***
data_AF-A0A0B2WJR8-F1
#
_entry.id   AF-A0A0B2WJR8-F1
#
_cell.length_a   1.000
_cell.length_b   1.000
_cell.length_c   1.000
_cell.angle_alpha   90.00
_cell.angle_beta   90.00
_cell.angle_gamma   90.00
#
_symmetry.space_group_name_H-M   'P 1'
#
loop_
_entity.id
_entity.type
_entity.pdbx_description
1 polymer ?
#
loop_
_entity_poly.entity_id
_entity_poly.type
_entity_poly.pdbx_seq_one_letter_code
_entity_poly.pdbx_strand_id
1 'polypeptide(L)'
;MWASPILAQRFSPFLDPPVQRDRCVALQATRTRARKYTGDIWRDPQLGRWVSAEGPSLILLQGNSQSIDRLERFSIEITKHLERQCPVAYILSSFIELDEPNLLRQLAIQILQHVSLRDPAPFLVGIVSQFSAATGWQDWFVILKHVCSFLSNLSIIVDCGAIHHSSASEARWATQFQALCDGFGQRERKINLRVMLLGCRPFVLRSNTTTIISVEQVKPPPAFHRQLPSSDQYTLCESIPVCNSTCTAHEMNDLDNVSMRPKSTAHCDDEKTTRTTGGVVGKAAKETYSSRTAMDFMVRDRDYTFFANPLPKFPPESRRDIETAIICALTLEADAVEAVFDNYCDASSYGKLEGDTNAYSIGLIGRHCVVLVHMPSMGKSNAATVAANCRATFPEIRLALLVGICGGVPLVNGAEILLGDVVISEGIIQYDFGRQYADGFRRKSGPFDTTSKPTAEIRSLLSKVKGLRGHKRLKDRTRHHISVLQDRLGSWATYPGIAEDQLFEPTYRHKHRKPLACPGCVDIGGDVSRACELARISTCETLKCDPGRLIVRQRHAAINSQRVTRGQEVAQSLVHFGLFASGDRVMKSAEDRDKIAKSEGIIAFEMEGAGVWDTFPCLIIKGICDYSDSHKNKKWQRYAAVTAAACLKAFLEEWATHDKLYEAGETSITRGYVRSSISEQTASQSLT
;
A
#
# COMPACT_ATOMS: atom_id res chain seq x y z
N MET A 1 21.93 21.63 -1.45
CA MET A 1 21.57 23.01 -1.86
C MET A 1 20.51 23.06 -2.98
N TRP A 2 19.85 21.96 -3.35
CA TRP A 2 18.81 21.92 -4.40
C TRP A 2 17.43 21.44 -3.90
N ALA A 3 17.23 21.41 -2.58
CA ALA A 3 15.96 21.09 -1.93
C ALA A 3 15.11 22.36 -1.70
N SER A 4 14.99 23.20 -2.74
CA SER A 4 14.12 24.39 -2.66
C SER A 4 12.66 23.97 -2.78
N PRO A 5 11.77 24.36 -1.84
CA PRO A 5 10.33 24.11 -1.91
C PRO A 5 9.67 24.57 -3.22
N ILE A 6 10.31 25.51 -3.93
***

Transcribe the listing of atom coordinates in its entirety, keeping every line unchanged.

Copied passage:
data_AF-A0A0B2WJR8-F1
#
_entry.id   AF-A0A0B2WJR8-F1
#
_cell.length_a   1.000
_cell.length_b   1.000
_cell.length_c   1.000
_cell.angle_alpha   90.00
_cell.angle_beta   90.00
_cell.angle_gamma   90.00
#
_symmetry.space_group_name_H-M   'P 1'
#
loop_
_entity.id
_entity.type
_entity.pdbx_description
1 polymer ?
#
loop_
_entity_poly.entity_id
_entity_poly.type
_entity_poly.pdbx_seq_one_letter_code
_entity_poly.pdbx_strand_id
1 'polypeptide(L)'
;MWASPILAQRFSPFLDPPVQRDRCVALQATRTRARKYTGDIWRDPQLGRWVSAEGPSLILLQGNSQSIDRLERFSIEITKHLERQCPVAYILSSFIELDEPNLLRQLAIQILQHVSLRDPAPFLVGIVSQFSAATGWQDWFVILKHVCSFLSNLSIIVDCGAIHHSSASEARWATQFQALCDGFGQRERKINLRVMLLGCRPFVLRSNTTTIISVEQVKPPPAFHRQLPSSDQYTLCESIPVCNSTCTAHEMNDLDNVSMRPKSTAHCDDEKTTRTTGGVVGKAAKETYSSRTAMDFMVRDRDYTFFANPLPKFPPESRRDIETAIICALTLEADAVEAVFDNYCDASSYGKLEGDTNAYSIGLIGRHCVVLVHMPSMGKSNAATVAANCRATFPEIRLALLVGICGGVPLVNGAEILLGDVVISEGIIQYDFGRQYADGFRRKSGPFDTTSKPTAEIRSLLSKVKGLRGHKRLKDRTRHHISVLQDRLGSWATYPGIAEDQLFEPTYRHKHRKPLACPGCVDIGGDVSRACELARISTCETLKCDPGRLIVRQRHAAINSQRVTRGQEVAQSLVHFGLFASGDRVMKSAEDRDKIAKSEGIIAFEMEGAGVWDTFPCLIIKGICDYSDSHKNKKWQRYAAVTAAACLKAFLEEWATHDKLYEAGETSITRGYVRSSISEQTASQSLT
;
A
#
# COMPACT_ATOMS: atom_id res chain seq x y z
N MET A 1 21.93 21.63 -1.45
CA MET A 1 21.57 23.01 -1.86
C MET A 1 20.51 23.06 -2.98
N TRP A 2 19.85 21.96 -3.35
CA TRP A 2 18.81 21.92 -4.40
C TRP A 2 17.43 21.44 -3.90
N ALA A 3 17.23 21.41 -2.58
CA ALA A 3 15.96 21.09 -1.93
C ALA A 3 15.11 22.36 -1.70
N SER A 4 14.99 23.20 -2.74
CA SER A 4 14.12 24.39 -2.66
C SER A 4 12.66 23.97 -2.78
N PRO A 5 11.77 24.36 -1.84
CA PRO A 5 10.33 24.11 -1.91
C PRO A 5 9.67 24.57 -3.22
N ILE A 6 10.31 25.51 -3.93